The responsibility of politicians, engineers, designers, and operators as well as scientists became to be taken into account. It was stated that none of the social, economic, technical, and scientific interests can justify the harm to humans and the environment (Harris, Pritchard, Rabins, James, & Englehardt, 2013). The growth of technical and technological capacities of humanity creates the entirely new ethical situation that requires not only evaluation of the exploitation of techniques but also the possibility to anticipate disasters, prevent, or, at least, minimize it.

As shown by the accident at the Chernobyl, nuclear power technology development does not make people’s lives safer. The accident occurred because of a number of violations of rules of reactor facilities operation. On the fourth power unit, during its output for scheduled maintenance at night, several experiments were conducted involving the study of modes of turbo-generators work. Workers did not provide the appropriate oversight and did not take all the security measures. All in all, it was engineer’s fault, who made a mistake in the design of the reactor.

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It goes without saying that such consequences of nuclear energy as the Chernobyl disaster cannot be predicted. Nevertheless, engineers should try to do it in relation to new projects conducting relevant researches and listening to the views of the opposition (Wilson, 2013).

It is expected that the technical work would always contain a necessary component of the assessment of the technology, and not everything that is technically feasible should be necessarily be created. In the framework of utilitarianism ethical theory, the principal task of the engineer is not only to measure the space but also create the safe environment based on ethical and social responsibility. People are more significant than technology. Therefore, the latter should satisfy requirements of a variety of values, namely, criteria of economy, improvement of living standards, safety, health, environmental quality, and social environment.

Annotated Bibliography

Cardis, E., & Hatch, M. (2011). The Chernobyl Accident – An Epidemiological Perspective. Clinical Oncology, 23(4), 251-260.

“The Chernobyl Accident – An Epidemiological Perspective” by Cardis and Hatch investigates the affect of the catastrophe on the human organism. Authors stated that there is the obvious connection of that affect and risk of thyroid cancer. The ionizing radiation affects people every day by means of plenty of natural sources including cosmic rays and natural radioactive materials occurring in food, drink, and air. It is considered natural radiation. However, due to the high level of radiation, there is the evidence of diseases. The book is useful for the research as it emphasizes the effect of radiation level of Chernobyl incident.

Harris, C. E., Pritchard, M. S., Rabins, M. J., James, R., & Englehardt, E. (2013). Engineering ethics: Concepts and cases (5th ed.). Belmont, CA: Wadsworth.

The book “Engineering ethics: Concepts and cases” by Harris, Pritchard, Rabins, James, and Englehardt focuses on a system of moral principles that are applied in the practice of engineering. Authors of the book are considered scholars. Therefore, the credibility of the source cannot be argued. Combining theory and practice, the book demonstrates plenty of cases as well as offers a code of ethics and its application in practice. In addition, the book clearly explains the impact of engineering solutions on health, safety, and welfare of society. It was very significant for the research as promoted the comprehension of engineer’s morality.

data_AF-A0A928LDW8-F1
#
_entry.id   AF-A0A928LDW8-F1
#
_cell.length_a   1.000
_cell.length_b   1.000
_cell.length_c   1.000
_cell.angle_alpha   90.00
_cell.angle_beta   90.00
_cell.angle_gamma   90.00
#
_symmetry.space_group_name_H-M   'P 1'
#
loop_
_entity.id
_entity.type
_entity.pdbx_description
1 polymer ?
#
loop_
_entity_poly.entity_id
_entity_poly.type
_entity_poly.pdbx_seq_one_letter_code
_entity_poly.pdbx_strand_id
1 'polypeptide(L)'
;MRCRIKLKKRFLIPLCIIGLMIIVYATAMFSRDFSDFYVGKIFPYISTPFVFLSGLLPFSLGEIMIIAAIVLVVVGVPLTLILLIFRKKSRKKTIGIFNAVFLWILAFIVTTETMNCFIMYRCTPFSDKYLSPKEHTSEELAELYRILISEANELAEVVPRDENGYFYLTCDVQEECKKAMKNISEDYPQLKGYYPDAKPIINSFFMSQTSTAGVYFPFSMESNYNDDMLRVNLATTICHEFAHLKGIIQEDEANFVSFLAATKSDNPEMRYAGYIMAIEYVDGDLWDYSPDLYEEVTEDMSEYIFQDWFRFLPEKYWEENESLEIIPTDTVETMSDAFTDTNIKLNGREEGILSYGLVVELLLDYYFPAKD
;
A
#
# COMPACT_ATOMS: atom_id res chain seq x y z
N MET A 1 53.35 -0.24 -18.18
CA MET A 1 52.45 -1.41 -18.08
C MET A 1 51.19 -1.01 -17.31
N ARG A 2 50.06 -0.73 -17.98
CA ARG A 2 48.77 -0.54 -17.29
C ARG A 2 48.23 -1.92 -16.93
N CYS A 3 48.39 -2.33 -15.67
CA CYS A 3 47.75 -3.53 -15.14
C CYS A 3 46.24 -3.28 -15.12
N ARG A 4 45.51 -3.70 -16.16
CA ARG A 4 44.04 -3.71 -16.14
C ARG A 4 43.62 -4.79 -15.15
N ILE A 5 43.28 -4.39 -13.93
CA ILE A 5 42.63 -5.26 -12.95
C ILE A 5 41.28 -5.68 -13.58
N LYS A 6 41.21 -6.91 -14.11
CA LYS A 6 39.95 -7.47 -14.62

Wilson, W. R. (2013). Using the Chernobyl Incident to Teach Engineering. Science and Engineering Ethics, 19(2), 625-640.

The article “Using the Chernobyl Incident to Teach Engineering” by Wilson reveals the approach to teaching engineers ethics. It demonstrates the situation when students combined in groups and asked to act and speak like those workers of the Chernobyl Nuclear Power Plant, comprehend the issue better and suggest concise and argumentative solutions. The author of the research is a professor of Muskingum University, New Concord, OH, USA. The intended audience of the article is engineering students. This credible source was rather helpful for the provided analysis as it contributed to the creating of possible decisions concerning ethical issues in engineering.

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Yablokov, A. V., Nesterenko, V. B., & Nesterenko, A. V. (2010). Chernobyl: Consequences of the Catastrophe for People and the Environment. Boston, MA: New York Academy of Sciences.

“Chernobyl: Consequences of the catastrophe for people and the environment” by Yablokov, Nesterenko, and Nesterenko reflects various consequences of the disaster. Authors clearly and successively point out all the ramifications including general morbidity, disability, non-malignant diseases, and other illnesses occurred as a result of the accidence. What is more, the book describes catastrophe consequences for the environment. In particular, it comprises radioactive effect on atmospheric, soil, and water. The book contributed to the understanding the degree of the disaster. It would be interesting and helpful as for students as well as for the average reader.

References

Cardis, E., & Hatch, M. (2011). The Chernobyl Accident – An Epidemiological Perspective. Clinical Oncology, 23(4), 251-260.

Harris, C. E., Pritchard, M. S., Rabins, M. J., James, R., & Englehardt, E. (2013). Engineering ethics: Concepts and cases (5th ed.). Belmont, CA: Wadsworth.

Wilson, W. R. (2013). Using the Chernobyl Incident to Teach Engineering. Science and Engineering Ethics, 19(2), 625-640.

Yablokov, A. V., Nesterenko, V. B., & Nesterenko, A. V. (2010). Chernobyl: Consequences of the Catastrophe for People and the Environment. Boston, MA: New York Academy of Sciences.